Night of the Museum PowerPoint By: Courtney May
Neil Armstrong • It was July 20, 1969 when Neil Armstrong spoke what must be considered the most famous words of the 20th century, "one small step for man, one giant leap for mankind". This, of course, was the day that men from Earth first set foot on the Moon. It was the culmination of years of research and development, success and failure, and bitter competition from our feared rivals. And it was the words of a 38 year old Neil Armstrong that echo in the annals of history.
Teddy Roosevelt • In 1882, Roosevelt became the youngest member of the New York State Assembly. In 1884 he moved to the Dakota territory and worked as a cattle rancher. From 1889-1895, Roosevelt was a U.S. Civil Service Commissioner. He was President of the New York City Police Board from 1895-97 and then Assistant Secretary of the Navy (1897-98). He resigned to join the military. He was elected Governor of New York (1898-1900) and Vice President from March-September 1901 when he succeeded to the presidency.
Einstein • (born March 14, 1879, Ulm, Württemberg, Ger.—died April 18, 1955, Princeton, N.J., U.S.) German-born physicist who developed the special and general theories of relativity and won the Nobel Prize for Physics in 1921 for his explanation of the photoelectric effect. Einstein is generally considered the most influential physicist of the 20th century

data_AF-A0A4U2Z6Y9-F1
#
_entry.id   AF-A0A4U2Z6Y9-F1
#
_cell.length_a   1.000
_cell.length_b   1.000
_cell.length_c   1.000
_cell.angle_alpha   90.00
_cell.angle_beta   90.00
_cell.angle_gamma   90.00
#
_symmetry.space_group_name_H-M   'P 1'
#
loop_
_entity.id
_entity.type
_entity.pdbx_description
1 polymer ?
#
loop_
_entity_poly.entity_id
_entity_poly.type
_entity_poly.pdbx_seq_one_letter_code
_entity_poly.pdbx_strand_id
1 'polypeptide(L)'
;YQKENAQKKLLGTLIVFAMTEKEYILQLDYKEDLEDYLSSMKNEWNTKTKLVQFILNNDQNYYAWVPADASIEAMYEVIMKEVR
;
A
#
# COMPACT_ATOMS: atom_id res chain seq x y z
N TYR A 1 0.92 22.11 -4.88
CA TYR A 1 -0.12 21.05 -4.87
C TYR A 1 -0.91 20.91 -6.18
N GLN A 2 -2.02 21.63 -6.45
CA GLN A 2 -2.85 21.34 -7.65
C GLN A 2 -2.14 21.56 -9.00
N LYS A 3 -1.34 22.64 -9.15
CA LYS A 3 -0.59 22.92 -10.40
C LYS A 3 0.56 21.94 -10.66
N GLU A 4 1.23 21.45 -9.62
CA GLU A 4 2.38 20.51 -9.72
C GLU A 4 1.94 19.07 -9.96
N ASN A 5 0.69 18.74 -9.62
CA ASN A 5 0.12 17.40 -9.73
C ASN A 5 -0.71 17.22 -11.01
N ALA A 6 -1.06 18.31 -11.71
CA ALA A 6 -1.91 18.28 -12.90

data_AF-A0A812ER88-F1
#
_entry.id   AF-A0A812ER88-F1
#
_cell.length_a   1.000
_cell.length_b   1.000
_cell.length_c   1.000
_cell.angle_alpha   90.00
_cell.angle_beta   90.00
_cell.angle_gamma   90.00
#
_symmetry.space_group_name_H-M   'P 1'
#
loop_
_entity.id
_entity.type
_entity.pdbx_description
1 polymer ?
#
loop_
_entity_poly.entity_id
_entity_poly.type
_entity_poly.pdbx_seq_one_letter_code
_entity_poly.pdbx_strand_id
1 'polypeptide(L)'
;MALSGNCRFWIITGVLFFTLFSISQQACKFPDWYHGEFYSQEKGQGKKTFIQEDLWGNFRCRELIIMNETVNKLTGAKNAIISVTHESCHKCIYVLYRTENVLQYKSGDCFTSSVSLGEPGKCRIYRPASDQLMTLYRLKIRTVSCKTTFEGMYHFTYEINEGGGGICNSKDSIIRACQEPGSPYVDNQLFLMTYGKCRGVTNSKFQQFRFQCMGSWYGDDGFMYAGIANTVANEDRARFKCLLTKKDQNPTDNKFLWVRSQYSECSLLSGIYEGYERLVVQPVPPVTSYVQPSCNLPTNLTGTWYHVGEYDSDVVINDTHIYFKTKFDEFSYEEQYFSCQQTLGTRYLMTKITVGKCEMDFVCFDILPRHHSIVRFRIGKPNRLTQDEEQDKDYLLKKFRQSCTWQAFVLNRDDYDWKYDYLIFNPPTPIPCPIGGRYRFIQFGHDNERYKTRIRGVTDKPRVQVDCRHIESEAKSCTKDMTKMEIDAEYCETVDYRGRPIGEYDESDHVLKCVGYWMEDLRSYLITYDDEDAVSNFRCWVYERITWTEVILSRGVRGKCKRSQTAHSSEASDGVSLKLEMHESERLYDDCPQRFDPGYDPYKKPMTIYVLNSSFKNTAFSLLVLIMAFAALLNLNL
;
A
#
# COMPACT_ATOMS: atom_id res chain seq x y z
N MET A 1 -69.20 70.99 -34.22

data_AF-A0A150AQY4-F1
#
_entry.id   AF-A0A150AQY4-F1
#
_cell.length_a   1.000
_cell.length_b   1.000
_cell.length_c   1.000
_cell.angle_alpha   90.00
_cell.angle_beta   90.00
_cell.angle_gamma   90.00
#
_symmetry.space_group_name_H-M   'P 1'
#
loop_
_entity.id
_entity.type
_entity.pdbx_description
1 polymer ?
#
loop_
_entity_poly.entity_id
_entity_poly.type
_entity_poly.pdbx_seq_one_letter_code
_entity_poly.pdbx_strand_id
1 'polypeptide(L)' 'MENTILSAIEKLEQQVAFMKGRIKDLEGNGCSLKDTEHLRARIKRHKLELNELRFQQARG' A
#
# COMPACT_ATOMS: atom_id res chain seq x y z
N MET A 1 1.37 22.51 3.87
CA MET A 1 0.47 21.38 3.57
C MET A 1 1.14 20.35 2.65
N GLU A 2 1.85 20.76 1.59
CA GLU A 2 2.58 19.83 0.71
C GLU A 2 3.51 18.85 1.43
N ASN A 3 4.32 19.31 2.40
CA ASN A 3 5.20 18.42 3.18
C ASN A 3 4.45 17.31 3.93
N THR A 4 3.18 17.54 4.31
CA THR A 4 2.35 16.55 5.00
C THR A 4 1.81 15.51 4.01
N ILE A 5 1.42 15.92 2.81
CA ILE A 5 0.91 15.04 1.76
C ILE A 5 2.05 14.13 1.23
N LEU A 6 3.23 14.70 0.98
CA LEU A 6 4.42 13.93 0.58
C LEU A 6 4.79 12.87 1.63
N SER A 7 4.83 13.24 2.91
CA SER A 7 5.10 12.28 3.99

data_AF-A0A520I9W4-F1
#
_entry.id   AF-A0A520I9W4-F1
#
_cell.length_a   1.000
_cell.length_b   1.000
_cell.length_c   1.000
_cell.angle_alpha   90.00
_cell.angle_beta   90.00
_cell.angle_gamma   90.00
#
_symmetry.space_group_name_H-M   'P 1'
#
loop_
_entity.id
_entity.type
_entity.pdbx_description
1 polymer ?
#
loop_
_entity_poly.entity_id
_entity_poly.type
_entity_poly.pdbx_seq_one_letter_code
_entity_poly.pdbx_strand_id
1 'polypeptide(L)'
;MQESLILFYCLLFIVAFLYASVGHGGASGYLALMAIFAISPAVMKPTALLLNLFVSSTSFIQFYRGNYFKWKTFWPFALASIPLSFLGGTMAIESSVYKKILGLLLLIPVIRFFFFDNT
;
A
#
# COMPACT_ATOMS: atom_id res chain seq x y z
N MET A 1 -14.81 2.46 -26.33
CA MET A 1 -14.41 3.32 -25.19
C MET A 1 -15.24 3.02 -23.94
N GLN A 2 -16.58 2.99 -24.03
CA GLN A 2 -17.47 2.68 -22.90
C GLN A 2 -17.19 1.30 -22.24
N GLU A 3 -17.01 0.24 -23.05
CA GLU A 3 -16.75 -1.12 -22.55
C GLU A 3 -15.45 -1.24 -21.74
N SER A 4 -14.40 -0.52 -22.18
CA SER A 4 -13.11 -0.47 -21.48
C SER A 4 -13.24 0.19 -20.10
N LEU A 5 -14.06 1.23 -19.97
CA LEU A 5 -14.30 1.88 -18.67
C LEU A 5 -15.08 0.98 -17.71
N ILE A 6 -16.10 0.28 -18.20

Napoleon • One of the greatest military commanders and a risk taking gambler; a workaholic genius and an impatient short term planner; a vicious cynic who forgave his closest betrayers; a misogynist who could enthrall men; Napoleon Bonaparte was all of these and more, the twice-emperor of France whose military endeavors and sheer personality dominated Europe in person for a decade, and in thought for a century.
Abraham Lincoln • Abraham Lincoln (February 12, 1809 – April 15, 1865) was the 16th President of the United States, serving from March 1861 until his assassination. As president, he led the country through a great constitutional, military and moral crisis—the American Civil War—preserving the Union while ending slavery and promoting economic modernization. Reared in a poor family on the western frontier, Lincoln was mostly self-educated. He became a country lawyer, an Illinois state legislator, and a one-term member of the United States House of Representatives but failed in two attempts at a seat in the United States Senate He was an affectionate, though often absent, husband and father of four children